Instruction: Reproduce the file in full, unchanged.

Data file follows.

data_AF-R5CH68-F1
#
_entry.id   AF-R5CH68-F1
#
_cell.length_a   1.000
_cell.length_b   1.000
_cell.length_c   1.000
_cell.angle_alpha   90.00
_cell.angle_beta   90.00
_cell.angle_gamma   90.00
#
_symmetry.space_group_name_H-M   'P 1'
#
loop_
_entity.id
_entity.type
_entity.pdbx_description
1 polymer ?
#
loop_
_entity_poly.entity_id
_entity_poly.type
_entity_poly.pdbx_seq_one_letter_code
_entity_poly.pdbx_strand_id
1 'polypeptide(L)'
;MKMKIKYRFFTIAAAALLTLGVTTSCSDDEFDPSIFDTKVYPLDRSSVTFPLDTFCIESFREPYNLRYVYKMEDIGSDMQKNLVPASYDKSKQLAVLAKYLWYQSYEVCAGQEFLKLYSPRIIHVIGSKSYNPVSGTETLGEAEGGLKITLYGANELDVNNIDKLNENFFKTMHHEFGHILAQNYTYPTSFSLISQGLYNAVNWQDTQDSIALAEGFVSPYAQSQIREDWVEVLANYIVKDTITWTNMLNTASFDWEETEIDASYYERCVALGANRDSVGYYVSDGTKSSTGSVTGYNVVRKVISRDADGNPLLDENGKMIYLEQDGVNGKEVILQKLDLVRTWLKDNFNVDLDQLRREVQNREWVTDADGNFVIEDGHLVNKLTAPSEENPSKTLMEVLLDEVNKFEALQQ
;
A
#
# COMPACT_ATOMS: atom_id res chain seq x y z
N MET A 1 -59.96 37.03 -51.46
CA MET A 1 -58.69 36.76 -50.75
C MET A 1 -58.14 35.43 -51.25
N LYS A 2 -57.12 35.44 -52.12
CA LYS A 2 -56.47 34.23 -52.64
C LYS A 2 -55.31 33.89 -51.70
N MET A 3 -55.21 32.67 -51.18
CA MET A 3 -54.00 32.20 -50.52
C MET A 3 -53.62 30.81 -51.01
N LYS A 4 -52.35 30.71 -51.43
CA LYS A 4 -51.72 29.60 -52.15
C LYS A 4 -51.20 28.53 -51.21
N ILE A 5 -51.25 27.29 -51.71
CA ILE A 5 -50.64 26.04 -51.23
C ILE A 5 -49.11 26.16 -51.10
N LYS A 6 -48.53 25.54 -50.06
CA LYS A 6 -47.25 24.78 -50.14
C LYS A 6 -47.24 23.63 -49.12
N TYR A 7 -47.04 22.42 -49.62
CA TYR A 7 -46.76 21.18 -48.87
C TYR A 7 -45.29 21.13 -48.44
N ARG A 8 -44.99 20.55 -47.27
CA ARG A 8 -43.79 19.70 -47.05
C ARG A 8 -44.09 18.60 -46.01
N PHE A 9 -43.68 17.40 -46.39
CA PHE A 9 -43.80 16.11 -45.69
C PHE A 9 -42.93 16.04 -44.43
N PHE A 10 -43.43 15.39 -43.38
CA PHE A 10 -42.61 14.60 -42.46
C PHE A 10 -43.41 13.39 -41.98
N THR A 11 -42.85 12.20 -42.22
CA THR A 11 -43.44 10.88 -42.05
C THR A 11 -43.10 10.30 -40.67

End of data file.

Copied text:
data_AF-R5CH68-F1
#
_entry.id   AF-R5CH68-F1
#
_cell.length_a   1.000
_cell.length_b   1.000
_cell.length_c   1.000
_cell.angle_alpha   90.00
_cell.angle_beta   90.00
_cell.angle_gamma   90.00
#
_symmetry.space_group_name_H-M   'P 1'
#
loop_
_entity.id
_entity.type
_entity.pdbx_description
1 polymer ?
#
loop_
_entity_poly.entity_id
_entity_poly.type
_entity_poly.pdbx_seq_one_letter_code
_entity_poly.pdbx_strand_id
1 'polypeptide(L)'
;MKMKIKYRFFTIAAAALLTLGVTTSCSDDEFDPSIFDTKVYPLDRSSVTFPLDTFCIESFREPYNLRYVYKMEDIGSDMQKNLVPASYDKSKQLAVLAKYLWYQSYEVCAGQEFLKLYSPRIIHVIGSKSYNPVSGTETLGEAEGGLKITLYGANELDVNNIDKLNENFFKTMHHEFGHILAQNYTYPTSFSLISQGLYNAVNWQDTQDSIALAEGFVSPYAQSQIREDWVEVLANYIVKDTITWTNMLNTASFDWEETEIDASYYERCVALGANRDSVGYYVSDGTKSSTGSVTGYNVVRKVISRDADGNPLLDENGKMIYLEQDGVNGKEVILQKLDLVRTWLKDNFNVDLDQLRREVQNREWVTDADGNFVIEDGHLVNKLTAPSEENPSKTLMEVLLDEVNKFEALQQ
;
A
#
# COMPACT_ATOMS: atom_id res chain seq x y z
N MET A 1 -59.96 37.03 -51.46
CA MET A 1 -58.69 36.76 -50.75
C MET A 1 -58.14 35.43 -51.25
N LYS A 2 -57.12 35.44 -52.12
CA LYS A 2 -56.47 34.23 -52.64
C LYS A 2 -55.31 33.89 -51.70
N MET A 3 -55.21 32.67 -51.18
CA MET A 3 -54.00 32.20 -50.52
C MET A 3 -53.62 30.81 -51.01
N LYS A 4 -52.35 30.71 -51.43
CA LYS A 4 -51.72 29.60 -52.15
C LYS A 4 -51.20 28.53 -51.21
N ILE A 5 -51.25 27.29 -51.71
CA ILE A 5 -50.64 26.04 -51.23
C ILE A 5 -49.11 26.16 -51.10
N LYS A 6 -48.53 25.54 -50.06
CA LYS A 6 -47.25 24.78 -50.14
C LYS A 6 -47.24 23.63 -49.12
N TYR A 7 -47.04 22.42 -49.62
CA TYR A 7 -46.76 21.18 -48.87
C TYR A 7 -45.29 21.13 -48.44
N ARG A 8 -44.99 20.55 -47.27
CA ARG A 8 -43.79 19.70 -47.05
C ARG A 8 -44.09 18.60 -46.01
N PHE A 9 -43.68 17.40 -46.39
CA PHE A 9 -43.80 16.11 -45.69
C PHE A 9 -42.93 16.04 -44.43
N PHE A 10 -43.43 15.39 -43.38
CA PHE A 10 -42.61 14.60 -42.46
C PHE A 10 -43.41 13.39 -41.98
N THR A 11 -42.85 12.20 -42.22
CA THR A 11 -43.44 10.88 -42.05
C THR A 11 -43.10 10.30 -40.67